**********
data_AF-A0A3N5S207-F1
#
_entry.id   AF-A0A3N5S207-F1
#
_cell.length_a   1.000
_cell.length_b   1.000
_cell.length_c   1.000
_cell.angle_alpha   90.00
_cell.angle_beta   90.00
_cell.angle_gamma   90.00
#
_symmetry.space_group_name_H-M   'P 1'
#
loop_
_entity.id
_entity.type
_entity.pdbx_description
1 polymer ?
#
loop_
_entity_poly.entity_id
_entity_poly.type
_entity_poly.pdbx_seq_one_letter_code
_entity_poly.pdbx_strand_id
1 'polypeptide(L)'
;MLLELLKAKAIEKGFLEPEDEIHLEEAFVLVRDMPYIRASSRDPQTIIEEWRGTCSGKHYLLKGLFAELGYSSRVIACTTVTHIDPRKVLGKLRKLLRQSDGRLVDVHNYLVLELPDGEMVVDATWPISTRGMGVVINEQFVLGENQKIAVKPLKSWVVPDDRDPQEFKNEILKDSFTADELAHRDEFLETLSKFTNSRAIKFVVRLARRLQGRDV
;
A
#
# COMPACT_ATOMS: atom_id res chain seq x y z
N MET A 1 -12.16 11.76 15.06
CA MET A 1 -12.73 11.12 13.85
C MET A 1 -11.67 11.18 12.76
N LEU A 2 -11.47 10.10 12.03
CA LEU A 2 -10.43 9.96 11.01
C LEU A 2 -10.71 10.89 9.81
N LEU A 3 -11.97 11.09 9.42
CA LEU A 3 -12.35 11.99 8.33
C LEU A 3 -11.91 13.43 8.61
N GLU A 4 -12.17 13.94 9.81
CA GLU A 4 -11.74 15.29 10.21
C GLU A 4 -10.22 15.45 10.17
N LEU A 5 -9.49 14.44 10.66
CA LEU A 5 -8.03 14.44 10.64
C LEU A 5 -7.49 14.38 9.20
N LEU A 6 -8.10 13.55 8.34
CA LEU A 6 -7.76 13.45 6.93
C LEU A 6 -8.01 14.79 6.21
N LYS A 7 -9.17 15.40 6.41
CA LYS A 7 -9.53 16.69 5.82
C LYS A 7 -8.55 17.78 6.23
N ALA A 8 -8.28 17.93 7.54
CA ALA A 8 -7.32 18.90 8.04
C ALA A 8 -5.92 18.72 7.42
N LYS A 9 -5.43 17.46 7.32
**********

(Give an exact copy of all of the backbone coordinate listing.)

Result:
data_AF-A0A3N5S207-F1
#
_entry.id   AF-A0A3N5S207-F1
#
_cell.length_a   1.000
_cell.length_b   1.000
_cell.length_c   1.000
_cell.angle_alpha   90.00
_cell.angle_beta   90.00
_cell.angle_gamma   90.00
#
_symmetry.space_group_name_H-M   'P 1'
#
loop_
_entity.id
_entity.type
_entity.pdbx_description
1 polymer ?
#
loop_
_entity_poly.entity_id
_entity_poly.type
_entity_poly.pdbx_seq_one_letter_code
_entity_poly.pdbx_strand_id
1 'polypeptide(L)'
;MLLELLKAKAIEKGFLEPEDEIHLEEAFVLVRDMPYIRASSRDPQTIIEEWRGTCSGKHYLLKGLFAELGYSSRVIACTTVTHIDPRKVLGKLRKLLRQSDGRLVDVHNYLVLELPDGEMVVDATWPISTRGMGVVINEQFVLGENQKIAVKPLKSWVVPDDRDPQEFKNEILKDSFTADELAHRDEFLETLSKFTNSRAIKFVVRLARRLQGRDV
;
A
#
# COMPACT_ATOMS: atom_id res chain seq x y z
N MET A 1 -12.16 11.76 15.06
CA MET A 1 -12.73 11.12 13.85
C MET A 1 -11.67 11.18 12.76
N LEU A 2 -11.47 10.10 12.03
CA LEU A 2 -10.43 9.96 11.01
C LEU A 2 -10.71 10.89 9.81
N LEU A 3 -11.97 11.09 9.42
CA LEU A 3 -12.35 11.99 8.33
C LEU A 3 -11.91 13.43 8.61
N GLU A 4 -12.17 13.94 9.81
CA GLU A 4 -11.74 15.29 10.21
C GLU A 4 -10.22 15.45 10.17
N LEU A 5 -9.49 14.44 10.66
CA LEU A 5 -8.03 14.44 10.64
C LEU A 5 -7.49 14.38 9.20
N LEU A 6 -8.10 13.55 8.34
CA LEU A 6 -7.76 13.45 6.93
C LEU A 6 -8.01 14.79 6.21
N LYS A 7 -9.17 15.40 6.41
CA LYS A 7 -9.53 16.69 5.82
C LYS A 7 -8.55 17.78 6.23
N ALA A 8 -8.28 17.93 7.54
CA ALA A 8 -7.32 18.90 8.04
C ALA A 8 -5.92 18.72 7.42
N LYS A 9 -5.43 17.46 7.32